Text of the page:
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My great-grandparents on the Laufenberg family farm

My great-grandparents on the Laufenberg family farm

Anyone who knows me, even a little, knows that I grew up on a farm in west central Wisconsin. Even though I left the farm at 18, it has never left me. There is one thing that stands out to me after all these years away from the farm, that I try to replicate everywhere I can, and that is a sense of community; and not community in the digital, 21st century, ubiquitous kind of way.

Today when I called my parents they relayed a story that best epitomizes the sense of community that still exists in small, rural towns. The Hagens, Julie and Jewell, live up the road, and have done so since before I was alive. Their son, Terry, was a year older than I in school. The father and son team run a dairy operation with 150 head of cattle, machinery, etc. The business supports two families and is pulling off what few families have in the last few decades on America’s small farms; the family farm.

Friday night, just after midnight, my Mom bolted out of bed, unsure of what had woken her, but knew something was wrong. A few minutes later there were sirens coming from all directions down our little road that scarcely sees a vehicle after midnight. My father, hard sleeper extraordinaire, slept through all the commotion. Knowing that my father would want to see what was happening and help if he could, my mother woke him up. As my father turned west out of the driveway, the cause of the commotion was abundantly clear.

The Hagen’s barn was on fire. This was not a small fire, burning machinery, hay, straw, equipment and worst of all, 44 head of their best milking cows. Four volunteer fire departments responded with probably close to 100 people up and out of bed to help in the middle of the night. My dad buzzed back to the house to pick up the cattle trailer to help get the remaining cows to a nearby pasture. Almost immediately, one of the men present remembers that a local farmer just sold off his cows the previous week and there was a barn still set up for milking, about 15 miles away. The only thing missing was a compressor, as that had been sold off already. A local electrician, and close friend of the family, chimes in with, you get the cattle there and the compressor will be in and ready. Men and women spent the bulk of the night trying to make sure the fire didn’t spread to the rest of the buildings and stand in support of the family. No one received a dollar or compensation or anything but the knowledge that if it was their home or barn or livelihood, the same would apply.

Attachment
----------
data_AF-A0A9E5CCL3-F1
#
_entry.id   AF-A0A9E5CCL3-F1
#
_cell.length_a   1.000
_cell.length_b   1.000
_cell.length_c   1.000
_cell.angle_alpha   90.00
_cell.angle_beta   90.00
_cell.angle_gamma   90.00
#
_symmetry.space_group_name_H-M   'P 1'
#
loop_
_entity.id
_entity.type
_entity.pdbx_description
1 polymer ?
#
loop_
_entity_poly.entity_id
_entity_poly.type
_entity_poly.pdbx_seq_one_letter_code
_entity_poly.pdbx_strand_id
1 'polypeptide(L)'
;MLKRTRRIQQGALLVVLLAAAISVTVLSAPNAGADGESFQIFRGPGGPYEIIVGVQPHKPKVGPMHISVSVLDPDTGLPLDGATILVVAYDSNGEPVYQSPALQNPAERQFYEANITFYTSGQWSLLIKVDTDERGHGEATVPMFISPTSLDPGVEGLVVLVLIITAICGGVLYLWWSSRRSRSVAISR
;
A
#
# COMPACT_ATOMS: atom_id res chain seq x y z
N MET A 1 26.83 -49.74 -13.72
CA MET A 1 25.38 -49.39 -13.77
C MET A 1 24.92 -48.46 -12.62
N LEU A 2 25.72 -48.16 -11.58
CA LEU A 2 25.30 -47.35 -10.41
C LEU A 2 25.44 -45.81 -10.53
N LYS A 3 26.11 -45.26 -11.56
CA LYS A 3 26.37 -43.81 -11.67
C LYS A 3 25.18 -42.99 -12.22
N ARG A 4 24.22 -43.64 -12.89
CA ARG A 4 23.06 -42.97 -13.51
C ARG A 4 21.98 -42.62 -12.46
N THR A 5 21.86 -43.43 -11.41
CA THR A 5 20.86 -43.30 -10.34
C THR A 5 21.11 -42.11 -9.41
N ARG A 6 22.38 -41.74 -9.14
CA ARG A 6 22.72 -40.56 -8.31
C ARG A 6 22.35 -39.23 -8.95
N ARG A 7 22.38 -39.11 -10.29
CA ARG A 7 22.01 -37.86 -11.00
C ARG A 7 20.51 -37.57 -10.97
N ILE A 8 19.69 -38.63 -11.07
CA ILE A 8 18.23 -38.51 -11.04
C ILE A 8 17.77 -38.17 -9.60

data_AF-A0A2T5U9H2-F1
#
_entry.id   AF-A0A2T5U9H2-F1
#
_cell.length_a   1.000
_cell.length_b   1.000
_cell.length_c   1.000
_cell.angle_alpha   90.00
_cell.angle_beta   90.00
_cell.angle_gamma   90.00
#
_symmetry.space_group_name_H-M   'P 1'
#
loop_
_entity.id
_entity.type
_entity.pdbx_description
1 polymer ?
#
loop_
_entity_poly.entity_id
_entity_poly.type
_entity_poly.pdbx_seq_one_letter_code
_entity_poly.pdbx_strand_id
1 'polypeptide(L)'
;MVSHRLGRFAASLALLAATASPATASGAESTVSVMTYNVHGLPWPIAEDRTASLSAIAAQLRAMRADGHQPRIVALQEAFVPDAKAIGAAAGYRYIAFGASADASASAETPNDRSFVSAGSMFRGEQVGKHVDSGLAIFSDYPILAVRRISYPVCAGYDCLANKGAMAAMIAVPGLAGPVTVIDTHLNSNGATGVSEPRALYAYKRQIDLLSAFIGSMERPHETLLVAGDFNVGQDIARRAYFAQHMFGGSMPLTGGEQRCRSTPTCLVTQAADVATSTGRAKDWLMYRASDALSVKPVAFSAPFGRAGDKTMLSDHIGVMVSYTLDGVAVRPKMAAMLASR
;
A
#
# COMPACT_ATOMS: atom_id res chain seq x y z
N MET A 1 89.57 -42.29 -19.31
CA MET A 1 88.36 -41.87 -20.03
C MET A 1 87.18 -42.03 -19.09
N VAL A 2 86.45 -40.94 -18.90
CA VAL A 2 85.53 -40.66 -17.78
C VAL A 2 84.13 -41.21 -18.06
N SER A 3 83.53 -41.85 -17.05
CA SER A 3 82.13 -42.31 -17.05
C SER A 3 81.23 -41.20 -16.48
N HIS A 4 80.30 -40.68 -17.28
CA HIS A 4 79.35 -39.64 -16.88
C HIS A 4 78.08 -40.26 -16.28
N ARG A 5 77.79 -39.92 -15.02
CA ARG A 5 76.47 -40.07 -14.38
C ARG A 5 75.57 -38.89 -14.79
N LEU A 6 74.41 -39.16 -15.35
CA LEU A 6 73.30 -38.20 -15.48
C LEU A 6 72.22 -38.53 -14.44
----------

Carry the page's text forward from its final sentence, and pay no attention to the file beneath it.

In the recent political season, the scene is one that I almost can’t bear to watch anymore with the spewing of anger and the skewing of fact. But, as I listened to my mom tell me the story, it occurs to me that none of that matters if we don’t have communities like the one I grew up in, continuing to help when help is needed and celebrate when the good times come. It may be a little overly simplistic and/or Pollyanna’ish’ to say so, but I think that America is really in trouble when we cease to be the kind of place where neighbors help neighbors, let alone know their neighbors. Living in the city is really unreal with fabulous opportunities and wonderful events… but I am not sure that the sense of community that exists in these rural pockets of America translate well in our cities. The loss of that feeling that your neighbor will get out of bed in the middle of a Friday night to help salvage your life’s work… is one that America can’t stand to lose.

It is in my classroom that I try very hard to help students to feel that sense of community, that sense that someone will help you because it is the right thing to do. SLA is an easy place to foster such a feeling because the community is already so strong. But I often think about what it must be like to live a life without the strong sense that your network will support you when you stumble. To have grown up in it makes me a better person, to know that it is still alive and well, gives me hope.